Most medium and large format cameras do not have through the lens light meters for calculating exposure. This is why we carry around handheld light meters. What "we"(1) failed to do was compensate for the light loss in the extension tubes. After crunching the numbers in my calculator, I found that all my images where underexposed by 3.5 stops. I should of known this but that's what R and D is all about.

(1) Have you ever noticed that when doctors fail to fix or diagnose something they always say "Hmmmm ..... Looks like "WE" missed that on your tests."

Bad Things To Watch For. Part 3.
The last technical "blow it" can be seen to the left. Sure the exposure is 3 and a half stops to dark, but also notice that there is only half the image on the negative. Those versed in the photographic arts might think that I forgot to set the shutter to the proper sync speed for the flash but this isn't actually the case.

What is actually happening is that when the shutter is released, a mechanical lever in the camera closes or stops down the aperture iris located in the lens, to the proper position. It then swings the mirror for the viewfinder out of the way so that the shutter can open and expose the film.

Because the macro lens is now mounted 3 inches from the camera on extension tubes, the lever mechanism that does all this work of moving the mirror out of the way and closing the iris, now has to work 3 times as hard to do the job.

As you can see, it became the little lever that "couldn't". That is what the mirror lock up feature is for on most 35 mm SLR cameras. The same holds true for 2 1/4 medium format SLR's as well.

"We" just failed to remember to use it. Good thing I am not a doctor.

Finally, Some Success.
After our initial failure analysis was complete. It was time to start again. With the fire extinguisher put back, proper flash gear set up, proper exposure calculated, and mirror locked up feature enabled we can get on with business.

The image to the right shows the actual negative size with the Franklin image now about 2.2 times it's normal size. The stamp in the center is the original size for reference.

The Secret To High Resolution Revealed.
Here's how we get the images so sharp. Remember that the scanners maximum optical resolution is 2400 pixels per inch. By photgraphing the stamp with the macro lens and extension tube combination, we have effectively enlarged the stamp by 2.2 times life size. A VF-XF life size Franklin measures about 0.95 inches in height . On the film negative, the stamp now becomes 2.1 inches tall. So - now my real scanning resolution when scanning the negative of the Franklin becomes 2400 ppi times 2.2. This equates to scanning a real Franklin at an optical resolution of 5280 pixels per inch. Shharrrppp.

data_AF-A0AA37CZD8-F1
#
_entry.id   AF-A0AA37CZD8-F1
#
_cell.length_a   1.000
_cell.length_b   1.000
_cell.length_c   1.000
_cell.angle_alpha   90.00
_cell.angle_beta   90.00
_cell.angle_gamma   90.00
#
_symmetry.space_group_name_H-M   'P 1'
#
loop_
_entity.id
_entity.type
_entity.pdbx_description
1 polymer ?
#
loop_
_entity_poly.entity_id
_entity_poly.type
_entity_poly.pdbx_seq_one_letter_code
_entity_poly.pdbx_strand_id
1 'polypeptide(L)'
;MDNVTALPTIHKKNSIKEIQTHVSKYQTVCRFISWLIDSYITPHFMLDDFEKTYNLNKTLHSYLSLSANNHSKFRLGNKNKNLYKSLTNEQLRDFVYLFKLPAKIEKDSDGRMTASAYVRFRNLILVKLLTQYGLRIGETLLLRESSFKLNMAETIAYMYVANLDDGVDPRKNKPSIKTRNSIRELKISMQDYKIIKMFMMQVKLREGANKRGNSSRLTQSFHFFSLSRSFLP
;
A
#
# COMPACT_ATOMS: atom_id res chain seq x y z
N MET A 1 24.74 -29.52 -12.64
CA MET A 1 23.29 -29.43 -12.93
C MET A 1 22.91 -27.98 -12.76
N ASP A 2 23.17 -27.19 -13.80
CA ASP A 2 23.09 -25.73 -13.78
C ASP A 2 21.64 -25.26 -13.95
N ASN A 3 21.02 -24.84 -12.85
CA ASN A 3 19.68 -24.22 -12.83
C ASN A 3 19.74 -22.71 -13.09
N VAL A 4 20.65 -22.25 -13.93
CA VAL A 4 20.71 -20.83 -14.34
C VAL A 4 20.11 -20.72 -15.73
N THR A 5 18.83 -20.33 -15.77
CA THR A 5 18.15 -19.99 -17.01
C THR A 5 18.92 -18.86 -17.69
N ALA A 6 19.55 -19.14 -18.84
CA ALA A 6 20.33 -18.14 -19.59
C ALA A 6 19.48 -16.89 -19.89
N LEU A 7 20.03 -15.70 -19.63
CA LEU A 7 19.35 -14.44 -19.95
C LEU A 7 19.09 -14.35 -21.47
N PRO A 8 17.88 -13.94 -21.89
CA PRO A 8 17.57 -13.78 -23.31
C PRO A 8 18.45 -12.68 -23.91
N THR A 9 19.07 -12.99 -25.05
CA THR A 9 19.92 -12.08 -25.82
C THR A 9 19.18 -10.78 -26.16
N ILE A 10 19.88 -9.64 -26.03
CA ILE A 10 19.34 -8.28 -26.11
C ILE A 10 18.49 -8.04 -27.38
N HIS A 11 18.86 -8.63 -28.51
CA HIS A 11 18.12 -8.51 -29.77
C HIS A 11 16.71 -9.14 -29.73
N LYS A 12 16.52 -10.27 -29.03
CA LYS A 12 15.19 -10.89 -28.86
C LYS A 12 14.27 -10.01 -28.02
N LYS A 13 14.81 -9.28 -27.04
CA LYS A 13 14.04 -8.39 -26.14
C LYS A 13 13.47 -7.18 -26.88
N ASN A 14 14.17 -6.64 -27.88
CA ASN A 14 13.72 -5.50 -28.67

Now a single pixel on the scanner appears to shrink from 0.000416 inches to 0.00018 inches. If you use this technique to scan your stamps and are lucky enough to own a scanner who's maximum optical resolution is 4800 ppi, then you could actually create computer graphic scanned images with over 10,000 ppi resolution.

Really sshharrpppp.

With All Good Things.
With all good things there is compromise. This holds true in life as well as analog and digital photography. Now that you too can create high resolution computer images, I have one more word of caution! Have a big hard disk. After scanning all 100 positions of the Government Reprint of 1875 (Scott 40) I ended up with 5.5 Gigabytes of raw TIFF images. Thats 8 and a half CD-Roms! OUCH.

Thats all I am gonna say about that. You get the picture, right?


Thanks for visiting this site. I hope you learn something new as we are making new discoveries all the time. You, the visitor, have my permission to link to my pages and to share the INFORMATION with others. The images themselves fall under the fair use guidelines established by the United States Congress and Copyright law. Basically contact us before using. I also ask in return that you send me an e-mail if I have made a mistake, or have made some other technical blunder that in my rush to put these pages up would cause the visitor confusion. Please also visit my other website at www.slingshotvenus.com. and support the live music arts. While your there, be sure to purchase our music. There are not many philatelic rock stars around and we need all the help we can get. :-)

I can be reached at: nerdman@ix.netcom.com
Copyright © 2001-2006 Richard Doporto, Sonic Imagery Labs

Update 11/17/06

Figure 1. (above) The final camera setup after the high intensity photon induced fire.

Figure 2. (above) A 3.5 stop error in exposure will produce a poor negative as shown.

Figure 3. (Above) Always do the math when using dangerous lights and big cameras. One could lose an eye or injure the ego needlessly.

Figure 4. (Above) Failure to use the mirror lock up feature will produce only a half of an image when using extension tubes and long focal length macro lenses.

Figure 5. (above) Relative sizes compared.

Figure 6. (above) Proper exposure helps alot too.